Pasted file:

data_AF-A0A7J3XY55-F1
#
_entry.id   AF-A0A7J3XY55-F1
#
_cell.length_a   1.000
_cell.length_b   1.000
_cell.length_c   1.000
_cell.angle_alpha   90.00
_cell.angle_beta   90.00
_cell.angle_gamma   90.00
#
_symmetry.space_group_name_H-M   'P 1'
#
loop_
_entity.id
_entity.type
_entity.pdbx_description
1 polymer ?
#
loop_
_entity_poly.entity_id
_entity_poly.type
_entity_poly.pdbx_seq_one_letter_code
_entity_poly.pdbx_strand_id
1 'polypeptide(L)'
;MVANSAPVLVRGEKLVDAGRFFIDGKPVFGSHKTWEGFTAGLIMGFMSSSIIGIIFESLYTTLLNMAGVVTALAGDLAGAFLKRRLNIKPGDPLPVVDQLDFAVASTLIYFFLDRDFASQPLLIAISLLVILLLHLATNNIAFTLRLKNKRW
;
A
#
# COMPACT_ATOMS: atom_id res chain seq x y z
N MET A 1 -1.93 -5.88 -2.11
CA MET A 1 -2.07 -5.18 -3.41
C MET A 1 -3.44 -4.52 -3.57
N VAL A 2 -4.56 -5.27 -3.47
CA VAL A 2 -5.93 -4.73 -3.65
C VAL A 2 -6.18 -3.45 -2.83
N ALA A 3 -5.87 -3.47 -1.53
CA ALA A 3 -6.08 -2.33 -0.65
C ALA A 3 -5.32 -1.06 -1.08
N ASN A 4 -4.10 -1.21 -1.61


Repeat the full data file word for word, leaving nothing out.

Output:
data_AF-A0A7J3XY55-F1
#
_entry.id   AF-A0A7J3XY55-F1
#
_cell.length_a   1.000
_cell.length_b   1.000
_cell.length_c   1.000
_cell.angle_alpha   90.00
_cell.angle_beta   90.00
_cell.angle_gamma   90.00
#
_symmetry.space_group_name_H-M   'P 1'
#
loop_
_entity.id
_entity.type
_entity.pdbx_description
1 polymer ?
#
loop_
_entity_poly.entity_id
_entity_poly.type
_entity_poly.pdbx_seq_one_letter_code
_entity_poly.pdbx_strand_id
1 'polypeptide(L)'
;MVANSAPVLVRGEKLVDAGRFFIDGKPVFGSHKTWEGFTAGLIMGFMSSSIIGIIFESLYTTLLNMAGVVTALAGDLAGAFLKRRLNIKPGDPLPVVDQLDFAVASTLIYFFLDRDFASQPLLIAISLLVILLLHLATNNIAFTLRLKNKRW
;
A
#
# COMPACT_ATOMS: atom_id res chain seq x y z
N MET A 1 -1.93 -5.88 -2.11
CA MET A 1 -2.07 -5.18 -3.41
C MET A 1 -3.44 -4.52 -3.57
N VAL A 2 -4.56 -5.27 -3.47
CA VAL A 2 -5.93 -4.73 -3.65
C VAL A 2 -6.18 -3.45 -2.83
N ALA A 3 -5.87 -3.47 -1.53
CA ALA A 3 -6.08 -2.33 -0.65
C ALA A 3 -5.32 -1.06 -1.08
N ASN A 4 -4.10 -1.21 -1.61